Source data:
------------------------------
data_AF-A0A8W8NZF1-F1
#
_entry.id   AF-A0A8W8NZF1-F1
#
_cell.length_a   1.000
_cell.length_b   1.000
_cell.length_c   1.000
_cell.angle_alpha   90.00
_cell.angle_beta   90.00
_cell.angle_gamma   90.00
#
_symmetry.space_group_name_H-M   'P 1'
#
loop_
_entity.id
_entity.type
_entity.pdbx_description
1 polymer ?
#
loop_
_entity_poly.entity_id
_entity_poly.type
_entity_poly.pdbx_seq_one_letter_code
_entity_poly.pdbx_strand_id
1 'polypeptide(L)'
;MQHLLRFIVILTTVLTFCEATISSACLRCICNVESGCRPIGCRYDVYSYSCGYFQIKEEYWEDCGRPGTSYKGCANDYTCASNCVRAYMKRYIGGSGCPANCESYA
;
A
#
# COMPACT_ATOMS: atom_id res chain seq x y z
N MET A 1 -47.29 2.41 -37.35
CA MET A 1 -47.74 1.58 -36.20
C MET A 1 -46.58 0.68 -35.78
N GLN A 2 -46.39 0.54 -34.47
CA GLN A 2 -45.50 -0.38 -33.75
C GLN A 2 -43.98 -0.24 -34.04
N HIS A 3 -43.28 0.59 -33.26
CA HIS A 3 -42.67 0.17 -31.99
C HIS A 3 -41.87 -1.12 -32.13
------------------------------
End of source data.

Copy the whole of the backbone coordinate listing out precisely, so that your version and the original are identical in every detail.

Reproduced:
data_AF-A0A8W8NZF1-F1
#
_entry.id   AF-A0A8W8NZF1-F1
#
_cell.length_a   1.000
_cell.length_b   1.000
_cell.length_c   1.000
_cell.angle_alpha   90.00
_cell.angle_beta   90.00
_cell.angle_gamma   90.00
#
_symmetry.space_group_name_H-M   'P 1'
#
loop_
_entity.id
_entity.type
_entity.pdbx_description
1 polymer ?
#
loop_
_entity_poly.entity_id
_entity_poly.type
_entity_poly.pdbx_seq_one_letter_code
_entity_poly.pdbx_strand_id
1 'polypeptide(L)'
;MQHLLRFIVILTTVLTFCEATISSACLRCICNVESGCRPIGCRYDVYSYSCGYFQIKEEYWEDCGRPGTSYKGCANDYTCASNCVRAYMKRYIGGSGCPANCESYA
;
A
#
# COMPACT_ATOMS: atom_id res chain seq x y z
N MET A 1 -47.29 2.41 -37.35
CA MET A 1 -47.74 1.58 -36.20
C MET A 1 -46.58 0.68 -35.78
N GLN A 2 -46.39 0.54 -34.47
CA GLN A 2 -45.50 -0.38 -33.75
C GLN A 2 -43.98 -0.24 -34.04
N HIS A 3 -43.28 0.59 -33.26
CA HIS A 3 -42.67 0.17 -31.99
C HIS A 3 -41.87 -1.12 -32.13